Military Relocation

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VA Loans with 100% Financing

Why a VA Loan?

 

Purchase with $0 Down.

 

A VA loan is the only loan program that still allows the borrower to finance 100% of the home’s value and purchase with $0 down. Now more than ever banks are requiring large down payments for conventional loans. In many cases they require 10-20% down, putting home ownership out of reach for many prospective buyers.

 

Lower your monthly payment.

 

A VA loan offers two benefits that will substantially lower your monthly payment. PMI, or private mortgage insurance, is not required on a VA loan. PMI is an added monthly expense required for conventional loans where the borrower finances more than 80% of the home’s value.

 

Interest rates are also lower with a VA loan.

 

Getting qualified is easier.

 

The qualification guidelines are less stringent for VA loans. Because the loan is backed by the government, banks have relaxed the often strict lending rules for VA loan applicants, making them easier to obtain.

 

Pre-loan frequently asked questions

 

Q: What is a VA guaranteed home loan?

 

A: VA guaranteed loans are made by private lenders, such as banks, savings and loans, or mortgage companies to eligible veterans for the purchase of a home which must be for their own personal occupancy. The guaranty means the lender is protected against loss if you fail to repay the loan. The guaranty replaces the protection the lender normally receives by requiring a down payment allowing you to obtain favorable financial terms.

 

Q: How do I get a Certificate of Eligibility?

 

A: It may be possible to obtain a Certificate of Eligibility from your lender. Most lenders have access to the Web LGY system. The internet-based application can establish eligibility and issue an online Certificate of Eligibility in a matter of seconds. Not all cases can be processed through Web LGY—only those for which VA has sufficient data in their records. However, veterans are encouraged to ask their lenders about this method of obtaining a certificate.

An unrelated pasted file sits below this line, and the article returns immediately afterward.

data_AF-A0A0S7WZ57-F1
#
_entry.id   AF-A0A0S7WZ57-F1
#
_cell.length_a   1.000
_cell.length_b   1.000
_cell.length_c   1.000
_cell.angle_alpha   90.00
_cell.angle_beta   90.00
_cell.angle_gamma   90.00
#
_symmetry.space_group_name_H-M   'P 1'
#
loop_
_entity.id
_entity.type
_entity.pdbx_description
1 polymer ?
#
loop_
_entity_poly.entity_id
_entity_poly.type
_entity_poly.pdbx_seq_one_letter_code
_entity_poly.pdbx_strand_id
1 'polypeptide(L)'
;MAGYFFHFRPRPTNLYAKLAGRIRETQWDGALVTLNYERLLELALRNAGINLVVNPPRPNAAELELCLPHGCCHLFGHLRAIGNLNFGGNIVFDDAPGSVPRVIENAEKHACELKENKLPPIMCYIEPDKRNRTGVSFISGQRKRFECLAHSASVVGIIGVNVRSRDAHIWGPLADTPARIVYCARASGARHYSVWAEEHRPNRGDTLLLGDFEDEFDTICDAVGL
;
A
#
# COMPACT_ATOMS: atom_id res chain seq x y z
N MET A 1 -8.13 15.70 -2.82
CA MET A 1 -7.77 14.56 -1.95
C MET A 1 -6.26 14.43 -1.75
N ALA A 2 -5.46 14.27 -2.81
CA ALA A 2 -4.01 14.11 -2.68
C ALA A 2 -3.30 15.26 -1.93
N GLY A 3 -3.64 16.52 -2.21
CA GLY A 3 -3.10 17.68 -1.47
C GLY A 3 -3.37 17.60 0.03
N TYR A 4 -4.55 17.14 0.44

Q: How do I obtain a VA home loan?

 

A: Here are the steps:

 

• Select a lender, present them with your Certificate of Eligibility if available, and complete a loan application. The lender can also obtain a Certificate of Eligibility on your behalf.
• The lender will develop all credit and income information. They will also request to assign a licensed appraiser to determine the reasonable value for the property. A Certificate of Eligibility will be issued.
• The lender will let you know the decision on the loan. You should be approved if the established value and your credit and income are acceptable.
• Select a home and discuss the purchase with the seller or selling agent. Sign a purchase contract conditioned on approval of your VA home loan.
• You (and spouse) attend the loan closing. The lender and closing attorney will explain the loan terms and requirements as well as where and how to make the monthly payments. Sign the note, mortgage, and other related papers.

 

Q: What are the benefits of a VA home loan?

 

A: There are many benefits to a VA home loan:
• Equal opportunity.
• No downpayment.
• No mortgage insurance premiums.
• An assumable mortgage.
• Right to prepay without penalty.
• VA assistance to veteran borrowers in default due to temporary financial difficulty.

 

Q: Can I get a VA loan if I have had a bankruptcy in the last few years?

 

A: The fact you and/or spouse have been adjudicated bankrupt does not in itself disqualify you for a VA home loan. The following rule applies: if the bankruptcy was discharged more than two years ago, it MAY be disregarded.

 

Q: Why do I have to pay a fee for a VA home loan? Since I paid a fee for my first loan, why is there a larger fee for my second loan?

 

A: The VA finding fee is required by law. The fee is intended to enable the veteran who obtains a VA home loan to contribute toward the cost of this benefit, and thereby reduce cost to the taxpayer.

 

Q: I want to buy a house with a VA loan. Do I need to occupy the property?

 

A: The law requires that you certify that you intend to occupy the property as your home. This requirement is considered satisfied if you actually intend to occupy the property as your home and if fact you so occupy it when the loan is closed or within a reasonable time afterward.